• Why can't the Doctor just put everyone on the TARDIS and fly to safety? Did I miss a line of exposition somewhere?
    • Pretty much, yeah. The room the TARDIS was in was vented with heat, wasn't it? I don't think they could reach it until the ship was out of harm's way of that sun.
    • Yeah, the first thing the Doctor did when he heard about what was happening was yell that he'd get them out and try to reach the TARDIS. He just couldn't.

    Human Nature/The Family of Blood 
  • A very minor point, but Martha is trapped for at least a month in 1913 in the episodes Human Nature/The Family of Blood, yet her hair remains clearly straightened. How come it stayed like that? Was she keeping straighteners in the TARDIS and going back just to use them? Had she had her hair chemically relaxed, and, if so, how come no-one asks her about it? As far as I'm aware, there weren't really any ways of straightening hair back then that were that effective.
    • Best I can come up with: Women in the 1970's would use basic clothing irons to straighten their hair (to get that super straight, flat hair like Cher), and irons go back to ancient times (originally they were flat pieces of metal you could heat in a fire.) Even if Martha wasn't alive in the 70's she would eventually realize that one could straighten their hair this way, especially if she doesn't like the look of her hair not straightened (which she probably doesn't, since it's been straightened in the first place), or if the people she works for feel that it looks improper. So it's not hard to believe that she would find some way to straighten it. As far as anybody asking about it, should could simply say that she straightens it frequently because it's easier to manage.
    • I assumed she was going back to the TARDIS for all that kind of thing — no reason to live like an Edwardian if you don't have to. And what would the residents of that school/village know about caring for black hair?
    • Chemical relaxers go back to the 1800's, though they contained nasty chemicals like lye.
  • How does Latimer's explanation of "the watch was waiting for you" override the fact that he straight-up stole from the Doctor?
    • The watch deliberately had a perception filter so John Smith wouldn't open it prematurely. He almost certainly wouldn't have noticed its vanishing as it's just a dusty old fob-watch with weird squiggles on the back.
  • If the Doctor wanted to keep the watch safe, is there any reason they couldn't just leave it on the TARDIS? It would have stopped some stupid kid from running off with it.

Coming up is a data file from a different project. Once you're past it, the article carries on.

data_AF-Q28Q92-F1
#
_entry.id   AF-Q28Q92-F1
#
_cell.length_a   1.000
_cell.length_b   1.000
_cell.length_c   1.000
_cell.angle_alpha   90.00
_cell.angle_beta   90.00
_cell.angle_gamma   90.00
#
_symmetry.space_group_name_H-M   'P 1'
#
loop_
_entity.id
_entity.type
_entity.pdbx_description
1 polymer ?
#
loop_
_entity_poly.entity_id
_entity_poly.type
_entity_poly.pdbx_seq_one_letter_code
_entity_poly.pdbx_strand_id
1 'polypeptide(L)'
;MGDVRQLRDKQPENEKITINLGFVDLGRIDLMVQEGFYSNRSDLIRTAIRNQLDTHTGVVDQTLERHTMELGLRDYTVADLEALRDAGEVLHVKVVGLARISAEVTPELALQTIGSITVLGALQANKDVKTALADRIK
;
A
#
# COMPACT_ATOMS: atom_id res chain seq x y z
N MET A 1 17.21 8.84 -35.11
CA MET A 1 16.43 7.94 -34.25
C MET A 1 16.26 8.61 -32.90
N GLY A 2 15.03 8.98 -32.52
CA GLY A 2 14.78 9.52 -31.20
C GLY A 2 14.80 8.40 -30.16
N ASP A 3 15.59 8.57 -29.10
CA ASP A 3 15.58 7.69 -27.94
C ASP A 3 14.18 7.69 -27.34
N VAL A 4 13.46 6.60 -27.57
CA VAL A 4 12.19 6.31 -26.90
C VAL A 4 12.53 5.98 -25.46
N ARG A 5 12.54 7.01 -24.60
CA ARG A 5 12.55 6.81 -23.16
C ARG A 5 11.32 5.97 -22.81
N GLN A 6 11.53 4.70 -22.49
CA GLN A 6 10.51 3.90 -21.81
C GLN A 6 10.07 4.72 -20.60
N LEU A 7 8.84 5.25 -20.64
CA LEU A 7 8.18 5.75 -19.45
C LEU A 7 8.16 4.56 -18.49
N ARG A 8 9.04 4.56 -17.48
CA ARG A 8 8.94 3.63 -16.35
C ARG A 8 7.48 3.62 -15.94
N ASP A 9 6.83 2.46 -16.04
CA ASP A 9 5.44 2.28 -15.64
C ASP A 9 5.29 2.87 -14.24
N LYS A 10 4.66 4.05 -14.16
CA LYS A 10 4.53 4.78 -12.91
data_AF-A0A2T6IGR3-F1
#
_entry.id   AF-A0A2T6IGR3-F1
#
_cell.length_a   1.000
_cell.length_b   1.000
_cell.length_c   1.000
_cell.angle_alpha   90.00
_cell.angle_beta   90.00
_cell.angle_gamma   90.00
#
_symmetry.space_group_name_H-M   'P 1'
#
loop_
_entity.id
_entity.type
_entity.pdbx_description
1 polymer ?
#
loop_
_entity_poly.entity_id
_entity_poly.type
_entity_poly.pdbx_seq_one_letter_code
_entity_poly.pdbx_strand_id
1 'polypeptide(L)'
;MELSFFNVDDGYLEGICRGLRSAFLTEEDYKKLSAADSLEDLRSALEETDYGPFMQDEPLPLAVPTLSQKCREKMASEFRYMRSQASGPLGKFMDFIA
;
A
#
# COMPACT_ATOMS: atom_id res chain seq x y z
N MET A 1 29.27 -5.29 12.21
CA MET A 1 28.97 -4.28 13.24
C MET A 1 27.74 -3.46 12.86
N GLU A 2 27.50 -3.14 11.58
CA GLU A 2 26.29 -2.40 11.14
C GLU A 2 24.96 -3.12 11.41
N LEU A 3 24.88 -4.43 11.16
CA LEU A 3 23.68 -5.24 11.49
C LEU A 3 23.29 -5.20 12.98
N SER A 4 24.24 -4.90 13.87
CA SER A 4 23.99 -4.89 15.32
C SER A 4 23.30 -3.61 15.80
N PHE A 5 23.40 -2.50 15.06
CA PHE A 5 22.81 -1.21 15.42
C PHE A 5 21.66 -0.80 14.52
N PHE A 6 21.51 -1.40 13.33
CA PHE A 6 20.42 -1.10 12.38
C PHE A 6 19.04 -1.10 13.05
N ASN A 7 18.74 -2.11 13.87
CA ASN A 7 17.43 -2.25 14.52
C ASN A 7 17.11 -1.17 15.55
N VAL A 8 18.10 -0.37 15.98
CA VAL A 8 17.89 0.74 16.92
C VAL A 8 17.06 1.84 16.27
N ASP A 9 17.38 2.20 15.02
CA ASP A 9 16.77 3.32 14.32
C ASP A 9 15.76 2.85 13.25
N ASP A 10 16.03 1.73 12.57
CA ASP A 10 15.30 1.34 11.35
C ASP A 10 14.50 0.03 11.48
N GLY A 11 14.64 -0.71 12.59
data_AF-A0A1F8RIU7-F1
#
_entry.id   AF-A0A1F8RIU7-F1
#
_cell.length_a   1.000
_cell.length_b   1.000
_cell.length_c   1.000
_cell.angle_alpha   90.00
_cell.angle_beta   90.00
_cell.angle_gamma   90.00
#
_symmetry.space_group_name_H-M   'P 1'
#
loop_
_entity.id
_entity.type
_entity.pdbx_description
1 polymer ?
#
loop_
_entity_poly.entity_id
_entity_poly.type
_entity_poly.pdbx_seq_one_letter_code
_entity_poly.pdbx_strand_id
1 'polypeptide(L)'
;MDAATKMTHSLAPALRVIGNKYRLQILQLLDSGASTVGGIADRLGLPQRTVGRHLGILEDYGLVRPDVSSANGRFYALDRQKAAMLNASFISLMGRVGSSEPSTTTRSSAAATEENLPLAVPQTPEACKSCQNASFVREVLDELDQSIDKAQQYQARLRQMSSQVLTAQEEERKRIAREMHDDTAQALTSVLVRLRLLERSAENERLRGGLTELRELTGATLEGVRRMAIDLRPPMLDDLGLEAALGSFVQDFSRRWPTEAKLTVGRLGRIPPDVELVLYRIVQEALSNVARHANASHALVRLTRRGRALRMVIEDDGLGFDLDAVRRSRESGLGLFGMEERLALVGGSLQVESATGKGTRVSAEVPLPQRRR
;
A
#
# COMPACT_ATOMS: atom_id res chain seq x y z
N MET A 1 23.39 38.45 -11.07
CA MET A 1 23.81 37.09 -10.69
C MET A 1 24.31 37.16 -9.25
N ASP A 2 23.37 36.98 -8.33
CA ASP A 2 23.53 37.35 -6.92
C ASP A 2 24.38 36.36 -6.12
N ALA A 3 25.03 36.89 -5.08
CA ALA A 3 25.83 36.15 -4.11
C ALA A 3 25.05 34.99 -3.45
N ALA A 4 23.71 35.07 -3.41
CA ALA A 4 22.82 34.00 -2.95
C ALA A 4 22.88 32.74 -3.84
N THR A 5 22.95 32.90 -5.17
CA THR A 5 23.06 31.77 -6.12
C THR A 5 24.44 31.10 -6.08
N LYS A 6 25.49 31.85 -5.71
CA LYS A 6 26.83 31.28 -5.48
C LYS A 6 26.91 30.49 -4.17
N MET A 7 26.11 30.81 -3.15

• The TARDIS was hidden, and to be properly hidden it had to remain some distance away so that no one would find it by accident. The Doctor wanted the watch to be close by, in case some emergency came up and he needed it immediately. Apparently he didn't think there was much risk it would be stolen. Though on that note, he should've just given the watch to Martha, and then she could just carry it around all the time. But apparently they decided against that option, or they just didn't think of it.
      • One theory I've heard is that John Smith had enough residual awareness that he knew that the watch was his and not Martha's so even if he just sort of left it in his room, he wouldn't let Martha keep it. And depending on how nice the watch was, it might have been too good for someone to believe a maid like Martha owned it.
      • Uhh, no, it's not a particularly nice watch, it's just a dusty old fob-watch. And Martha would hardly keep it out in the open. ([—Also, residual awareness...what.—[)
      • The Doctor told Martha that he should have just enough residual awareness to 'let Martha in' and have her be someone that John Smith knows and has no problem accompanying him. If he saw it before Martha could hide it someplace or caught her having it at some point in the two months Martha had been working there (and given how important it was, Martha was probably going to keep it with her) then his residual awareness of the watch could make him identify it as his and reclaim it. Martha couldn't really fight this or risk John abandoning her. I think the residual awareness of the watch is established later with Yana as there is little reason he'd always keep a watch he thinks doesn't even work with him at all times without some sort of prompting. That the watch might have been too nice for Martha (but you say it isn't) was really only secondary. It could be a complete piece of trash but if John identified it as his piece of trash then he'd confiscate it from Martha.
  • Once John Smith becomes the Doctor again, he dispatches the Family of Blood pretty easily. Why didn't he try doing that in the first place? He could've just skipped the whole hiding thing and used that tactic from the end: Use some Applied Phlebotinum to mask his scent, pretend he's just a human now and the watch is the Doctor, offer to surrender the watch, and then hit some buttons to make their ship explode. If he'd tried that in the first place, nobody would have died.
    • We can only presume that he didn't have the opportunity, or didn't think of that particular plan. Also they mention that he was being kind; perhaps he thought it was better to let the Family of Blood live a few more months rather than killing them immediately.
      • What he was being kind with was that the Doctor was giving the Family of Blood a chance to give up and die on their own. Because they kept pursuing him, taking over bodies and refusing to back down, once it was time for the Doctor to return to normal, the Doctor had full right to punish them as he wished. Thus, him being kind was a way for them to avoid the inevitable punishment.